My understanding is that the exhaust gas gains velocity as its heat converts to kinetic energy, regardless of the geometry of the nozzle, and the reason we have a convergent-divergent (CD) nozzle is to further accelerate the exhaust gas, as implied by the relation between $dv$ and $dA$ that depends on Mach number (https://www.grc.nasa.gov/WWW/K-12/rocket/nozzle.html#:~:text=A%20nozzle%20is%20a%20relatively,divergent%2C%20or%20CD%2C%20nozzle). So I view them as two separate effects, which means that if we have a nozzle that diverges first and then converges, the velocity of the gas will not necessarily decrease in the diverging part as implied by the relation between $dv$ and $dA$. Otherwise, where does the heat go if it does not go to increasing kinetic energy?
The derivation of the relation between $dv$ and $dA$ cited above depends on conservation of mass. I read that this is not the case in real life and am wondering how mass is lost as the exhaust gas flows through the rocket nozzle. Is there an equation calculating the loss of mass and how do we account for it if there is not one? Would the relation between $dv$ and $dA$ still hold without the assumption that mass flow rate is conserved?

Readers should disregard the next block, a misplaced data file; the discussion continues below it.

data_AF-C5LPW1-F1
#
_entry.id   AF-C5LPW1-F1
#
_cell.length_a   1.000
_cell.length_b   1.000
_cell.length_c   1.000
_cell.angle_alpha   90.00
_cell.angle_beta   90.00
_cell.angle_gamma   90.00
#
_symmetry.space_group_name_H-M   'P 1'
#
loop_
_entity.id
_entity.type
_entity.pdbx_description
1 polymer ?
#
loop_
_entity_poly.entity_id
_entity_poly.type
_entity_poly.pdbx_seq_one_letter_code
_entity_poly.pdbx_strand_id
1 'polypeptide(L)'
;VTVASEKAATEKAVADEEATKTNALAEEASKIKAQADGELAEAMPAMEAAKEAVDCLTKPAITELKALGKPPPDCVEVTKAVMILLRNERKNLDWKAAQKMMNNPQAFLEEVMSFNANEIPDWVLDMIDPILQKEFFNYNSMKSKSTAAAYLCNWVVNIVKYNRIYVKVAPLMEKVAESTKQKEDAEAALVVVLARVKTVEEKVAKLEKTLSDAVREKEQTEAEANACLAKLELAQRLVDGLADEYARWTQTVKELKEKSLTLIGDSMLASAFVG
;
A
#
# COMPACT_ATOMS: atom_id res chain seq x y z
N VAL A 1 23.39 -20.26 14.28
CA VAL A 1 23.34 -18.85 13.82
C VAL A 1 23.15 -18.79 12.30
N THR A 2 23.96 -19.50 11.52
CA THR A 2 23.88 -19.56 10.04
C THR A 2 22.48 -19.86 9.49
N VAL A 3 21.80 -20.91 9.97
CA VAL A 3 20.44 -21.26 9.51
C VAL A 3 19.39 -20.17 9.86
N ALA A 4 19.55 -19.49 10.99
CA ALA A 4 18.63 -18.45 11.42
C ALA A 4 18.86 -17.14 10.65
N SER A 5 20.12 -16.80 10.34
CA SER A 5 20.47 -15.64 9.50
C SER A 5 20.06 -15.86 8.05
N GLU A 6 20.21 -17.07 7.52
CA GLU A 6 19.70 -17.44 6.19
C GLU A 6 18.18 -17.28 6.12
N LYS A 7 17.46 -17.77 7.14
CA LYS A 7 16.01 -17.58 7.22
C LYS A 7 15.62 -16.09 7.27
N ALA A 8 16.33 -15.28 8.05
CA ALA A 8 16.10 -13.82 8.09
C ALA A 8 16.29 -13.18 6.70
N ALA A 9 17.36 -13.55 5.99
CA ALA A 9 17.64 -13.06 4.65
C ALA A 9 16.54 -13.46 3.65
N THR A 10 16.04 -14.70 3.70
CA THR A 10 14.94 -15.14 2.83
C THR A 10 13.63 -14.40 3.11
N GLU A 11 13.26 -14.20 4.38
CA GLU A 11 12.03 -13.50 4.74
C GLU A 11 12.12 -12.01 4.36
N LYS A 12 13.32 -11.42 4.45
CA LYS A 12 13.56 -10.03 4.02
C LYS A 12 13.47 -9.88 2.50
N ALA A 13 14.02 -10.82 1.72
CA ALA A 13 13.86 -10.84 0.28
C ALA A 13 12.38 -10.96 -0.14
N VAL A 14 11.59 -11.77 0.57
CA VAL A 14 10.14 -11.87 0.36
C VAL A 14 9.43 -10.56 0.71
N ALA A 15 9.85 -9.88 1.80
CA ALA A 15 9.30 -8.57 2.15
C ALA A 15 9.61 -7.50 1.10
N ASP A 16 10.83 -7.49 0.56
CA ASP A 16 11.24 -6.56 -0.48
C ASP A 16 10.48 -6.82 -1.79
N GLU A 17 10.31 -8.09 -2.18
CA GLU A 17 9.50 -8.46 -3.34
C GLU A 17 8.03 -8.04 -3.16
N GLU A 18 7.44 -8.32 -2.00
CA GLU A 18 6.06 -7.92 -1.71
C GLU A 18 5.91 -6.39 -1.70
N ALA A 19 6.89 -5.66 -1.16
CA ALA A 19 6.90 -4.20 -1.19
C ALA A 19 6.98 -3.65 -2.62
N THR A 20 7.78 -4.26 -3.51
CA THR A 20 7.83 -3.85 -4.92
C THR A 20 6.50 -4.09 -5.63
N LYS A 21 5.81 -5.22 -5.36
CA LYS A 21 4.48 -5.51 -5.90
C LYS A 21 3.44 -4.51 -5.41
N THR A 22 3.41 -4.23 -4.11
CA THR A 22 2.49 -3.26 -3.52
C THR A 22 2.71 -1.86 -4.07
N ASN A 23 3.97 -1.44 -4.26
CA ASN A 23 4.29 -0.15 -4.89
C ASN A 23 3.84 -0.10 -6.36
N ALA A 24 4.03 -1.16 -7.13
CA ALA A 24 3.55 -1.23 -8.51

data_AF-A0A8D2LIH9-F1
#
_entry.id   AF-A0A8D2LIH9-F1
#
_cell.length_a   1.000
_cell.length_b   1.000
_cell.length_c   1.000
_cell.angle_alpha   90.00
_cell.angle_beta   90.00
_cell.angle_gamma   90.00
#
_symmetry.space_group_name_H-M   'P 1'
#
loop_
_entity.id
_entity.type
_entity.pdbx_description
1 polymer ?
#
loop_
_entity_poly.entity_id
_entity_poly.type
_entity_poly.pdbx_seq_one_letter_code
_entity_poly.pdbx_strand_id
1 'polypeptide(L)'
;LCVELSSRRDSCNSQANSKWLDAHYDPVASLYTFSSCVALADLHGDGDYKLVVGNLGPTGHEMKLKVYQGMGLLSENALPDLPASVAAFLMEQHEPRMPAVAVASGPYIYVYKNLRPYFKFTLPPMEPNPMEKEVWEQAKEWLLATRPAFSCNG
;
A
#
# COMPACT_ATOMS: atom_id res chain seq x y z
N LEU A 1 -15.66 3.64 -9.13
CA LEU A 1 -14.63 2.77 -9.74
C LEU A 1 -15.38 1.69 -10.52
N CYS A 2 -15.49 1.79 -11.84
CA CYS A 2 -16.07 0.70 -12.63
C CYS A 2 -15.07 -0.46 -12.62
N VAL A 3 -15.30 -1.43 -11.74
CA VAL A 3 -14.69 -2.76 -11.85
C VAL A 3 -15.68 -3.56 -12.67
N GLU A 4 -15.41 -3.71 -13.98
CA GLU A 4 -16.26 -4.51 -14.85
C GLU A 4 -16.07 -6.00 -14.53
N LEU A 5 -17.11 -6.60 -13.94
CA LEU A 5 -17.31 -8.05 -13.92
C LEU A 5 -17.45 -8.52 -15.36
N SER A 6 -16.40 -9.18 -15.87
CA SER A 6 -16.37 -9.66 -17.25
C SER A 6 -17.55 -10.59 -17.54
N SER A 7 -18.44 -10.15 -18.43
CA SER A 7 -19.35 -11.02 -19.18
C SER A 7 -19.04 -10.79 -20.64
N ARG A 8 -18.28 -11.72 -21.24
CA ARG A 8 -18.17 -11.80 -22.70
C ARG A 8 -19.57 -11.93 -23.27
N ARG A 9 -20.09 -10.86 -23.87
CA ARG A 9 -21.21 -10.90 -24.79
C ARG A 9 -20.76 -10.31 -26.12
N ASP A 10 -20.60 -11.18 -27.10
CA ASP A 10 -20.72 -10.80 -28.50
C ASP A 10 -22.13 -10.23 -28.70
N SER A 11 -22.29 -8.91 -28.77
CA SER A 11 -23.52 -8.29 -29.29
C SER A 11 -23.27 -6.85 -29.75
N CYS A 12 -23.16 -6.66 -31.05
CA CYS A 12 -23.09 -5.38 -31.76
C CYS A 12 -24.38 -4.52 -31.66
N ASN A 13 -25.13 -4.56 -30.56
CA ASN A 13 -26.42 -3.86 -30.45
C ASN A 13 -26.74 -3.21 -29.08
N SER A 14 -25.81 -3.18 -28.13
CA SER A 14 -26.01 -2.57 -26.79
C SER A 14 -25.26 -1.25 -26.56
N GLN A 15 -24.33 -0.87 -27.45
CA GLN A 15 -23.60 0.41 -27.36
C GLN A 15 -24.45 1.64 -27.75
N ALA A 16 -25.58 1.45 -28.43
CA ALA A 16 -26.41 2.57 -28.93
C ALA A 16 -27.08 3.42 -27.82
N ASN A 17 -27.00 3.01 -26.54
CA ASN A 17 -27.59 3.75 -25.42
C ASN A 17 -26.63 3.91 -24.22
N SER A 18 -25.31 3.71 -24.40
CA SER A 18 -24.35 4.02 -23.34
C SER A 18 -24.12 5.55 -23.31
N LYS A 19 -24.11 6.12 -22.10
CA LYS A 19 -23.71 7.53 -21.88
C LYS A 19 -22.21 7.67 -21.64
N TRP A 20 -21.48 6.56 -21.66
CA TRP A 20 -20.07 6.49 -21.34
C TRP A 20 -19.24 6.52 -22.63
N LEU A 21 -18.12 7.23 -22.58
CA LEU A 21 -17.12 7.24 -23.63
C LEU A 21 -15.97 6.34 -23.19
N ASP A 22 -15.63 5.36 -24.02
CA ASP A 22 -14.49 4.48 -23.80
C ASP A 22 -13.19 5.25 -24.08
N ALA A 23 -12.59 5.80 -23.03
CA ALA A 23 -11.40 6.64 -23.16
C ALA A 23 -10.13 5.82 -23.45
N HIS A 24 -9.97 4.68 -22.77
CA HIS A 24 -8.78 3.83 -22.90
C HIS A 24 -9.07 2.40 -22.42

To have something actually posted in answer form
The principle governing the shape of rocket nozzles is in its most reduced form the following:
- A narrowing passage accelerates subsonic gasses, and decelerates supersonic gasses.
- A widening passage decelerates subsonic gasses, and accelerates supersonic gasses.
It follows that we want the nozzle to become increasingly narrow while the flow is still subsonic, and once it has reached the speed of sound, we want the passage to become wider again to further speed up the flow.
The shape is therefore first converging, and then diverging. A "CD" nozzle.
A "DC" nozzle would not be very practical. If the diverging part comes first, the subsonic flow is not accelerated. When it reaches the converging part, still subsonic, it may be able to accelerate some, barely reaching the speed of sound, which is too slow and not an efficient use of our rocket fuel.